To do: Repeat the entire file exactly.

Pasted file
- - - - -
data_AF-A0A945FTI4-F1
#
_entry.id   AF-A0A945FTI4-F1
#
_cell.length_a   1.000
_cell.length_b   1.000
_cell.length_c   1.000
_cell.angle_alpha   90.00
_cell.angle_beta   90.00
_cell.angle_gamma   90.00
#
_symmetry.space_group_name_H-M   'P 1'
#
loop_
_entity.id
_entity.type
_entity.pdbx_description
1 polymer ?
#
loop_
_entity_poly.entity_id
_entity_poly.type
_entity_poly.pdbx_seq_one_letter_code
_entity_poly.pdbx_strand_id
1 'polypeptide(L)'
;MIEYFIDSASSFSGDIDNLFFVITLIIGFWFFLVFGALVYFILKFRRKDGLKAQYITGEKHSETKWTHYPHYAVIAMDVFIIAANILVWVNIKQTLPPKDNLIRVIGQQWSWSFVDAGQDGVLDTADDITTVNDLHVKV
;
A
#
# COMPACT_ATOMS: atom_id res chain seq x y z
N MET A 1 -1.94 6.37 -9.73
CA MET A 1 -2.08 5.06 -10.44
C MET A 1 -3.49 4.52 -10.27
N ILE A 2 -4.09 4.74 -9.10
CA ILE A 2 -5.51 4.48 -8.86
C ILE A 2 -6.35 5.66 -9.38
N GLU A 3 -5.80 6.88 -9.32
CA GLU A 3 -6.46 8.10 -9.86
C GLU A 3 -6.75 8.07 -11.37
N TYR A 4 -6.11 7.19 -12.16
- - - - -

data_AF-A0A945FTI4-F1
#
_entry.id   AF-A0A945FTI4-F1
#
_cell.length_a   1.000
_cell.length_b   1.000
_cell.length_c   1.000
_cell.angle_alpha   90.00
_cell.angle_beta   90.00
_cell.angle_gamma   90.00
#
_symmetry.space_group_name_H-M   'P 1'
#
loop_
_entity.id
_entity.type
_entity.pdbx_description
1 polymer ?
#
loop_
_entity_poly.entity_id
_entity_poly.type
_entity_poly.pdbx_seq_one_letter_code
_entity_poly.pdbx_strand_id
1 'polypeptide(L)'
;MIEYFIDSASSFSGDIDNLFFVITLIIGFWFFLVFGALVYFILKFRRKDGLKAQYITGEKHSETKWTHYPHYAVIAMDVFIIAANILVWVNIKQTLPPKDNLIRVIGQQWSWSFVDAGQDGVLDTADDITTVNDLHVKV
;
A
#
# COMPACT_ATOMS: atom_id res chain seq x y z
N MET A 1 -1.94 6.37 -9.73
CA MET A 1 -2.08 5.06 -10.44
C MET A 1 -3.49 4.52 -10.27
N ILE A 2 -4.09 4.74 -9.10
CA ILE A 2 -5.51 4.48 -8.86
C ILE A 2 -6.35 5.66 -9.38
N GLU A 3 -5.80 6.88 -9.32
CA GLU A 3 -6.46 8.10 -9.86
C GLU A 3 -6.75 8.07 -11.37
N TYR A 4 -6.11 7.19 -12.16